Economy-wide effects of el Nino/southern oscillation (ENSO) in Mexico and the role of improved forecasting and technological change.
Weather fluctuations, such as those caused by the El Niño Southern Oscillation (ENSO), add to the riskiness associated with agricultural production. Improved predictive capacity may help ameliorate negative impacts of climate and weather shocks on agriculture, but it is possible that the benefits of an improved forecast will be distributed unevenly. In particular, poor farmers may not have access to improved forecasts, or they may not have the means to adapt to new weather information.
This paper uses a stochastic computable general equilibrium (CGE) model to examine the distributive effects of improved forecasting of ENSO in Mexico. The particular focus is on agriculture, one of the most vulnerable sectors in the face of ENSO, as well as a sector which provides income to many of the country's poorest households. The model is used to investigate the responsiveness of various sectors of the economy under different degrees of improved predictive capacity and improvements in agricultural technology.
The CGE model used in this study is augmented with a stochastic component, which allows us to simulate a range of stochastic shocks using Monte Carlo methods. With this framework we can compute the mean values and variances of key variables, such as production levels and incomes under stochastic shocks. Given that the model is highly nonlinear, Monte Carlo methods provide information on the sources of volatility in the economy and the built-in shock absorbers that help dampen that volatility.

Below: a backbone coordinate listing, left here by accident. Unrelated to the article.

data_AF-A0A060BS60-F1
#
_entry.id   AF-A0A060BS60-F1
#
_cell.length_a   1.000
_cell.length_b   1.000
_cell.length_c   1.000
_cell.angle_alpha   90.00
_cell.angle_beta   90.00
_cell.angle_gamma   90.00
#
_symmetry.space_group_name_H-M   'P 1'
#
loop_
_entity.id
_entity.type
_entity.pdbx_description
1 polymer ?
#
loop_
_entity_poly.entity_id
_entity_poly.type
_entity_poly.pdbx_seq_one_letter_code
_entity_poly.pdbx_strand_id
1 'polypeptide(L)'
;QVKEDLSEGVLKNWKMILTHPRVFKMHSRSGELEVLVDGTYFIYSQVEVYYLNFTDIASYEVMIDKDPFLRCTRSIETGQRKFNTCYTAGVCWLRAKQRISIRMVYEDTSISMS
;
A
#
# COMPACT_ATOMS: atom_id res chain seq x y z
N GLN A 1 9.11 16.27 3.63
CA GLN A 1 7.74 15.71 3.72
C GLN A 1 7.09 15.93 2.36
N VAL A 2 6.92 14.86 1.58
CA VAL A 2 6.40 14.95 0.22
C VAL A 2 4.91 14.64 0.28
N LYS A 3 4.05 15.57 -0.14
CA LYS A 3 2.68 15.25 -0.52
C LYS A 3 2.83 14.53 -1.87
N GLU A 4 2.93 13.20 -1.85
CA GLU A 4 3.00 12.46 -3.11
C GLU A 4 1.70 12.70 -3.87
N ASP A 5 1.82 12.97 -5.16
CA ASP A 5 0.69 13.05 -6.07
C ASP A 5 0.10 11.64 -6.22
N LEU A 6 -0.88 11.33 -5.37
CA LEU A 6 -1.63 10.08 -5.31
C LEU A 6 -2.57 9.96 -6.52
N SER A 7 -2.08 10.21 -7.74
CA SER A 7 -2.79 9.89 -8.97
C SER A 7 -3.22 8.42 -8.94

The results show that while agricultural losses are small as a share of the overall economy, improved forecasting techniques can eliminate these losses. ENSO events harm some regions – particularly the Central, Pacific South, and South East regions – more than others. Agricultural production in these regions benefits the most from improved forecasting. Since these regions also are the regions with higher poverty, they should be targeted by policy makers who are concerned with alleviating the effects of ENSO events on the poor. The simulations also show that poor households are the least able to take advantage of improvements in forecasting, since at higher levels of preparedness agricultural production shifts to sectors from which poor households receive less income. Finally, in Mexico, ENSO events contribute only a small share of overall variability in agriculture. It might be better to focus efforts on the latter problem, in terms of improved agricultural seeds, extension services, and schemes to protect already fragile lands.
International Food Policy Research Institute
Harris, R.L. & Robinson, S. (2001). Economy-wide effects of el Nino/southern oscillation (ENSO) in Mexico and the role of improved forecasting and technological change. Washington, DC: International Food Policy Research Institute.
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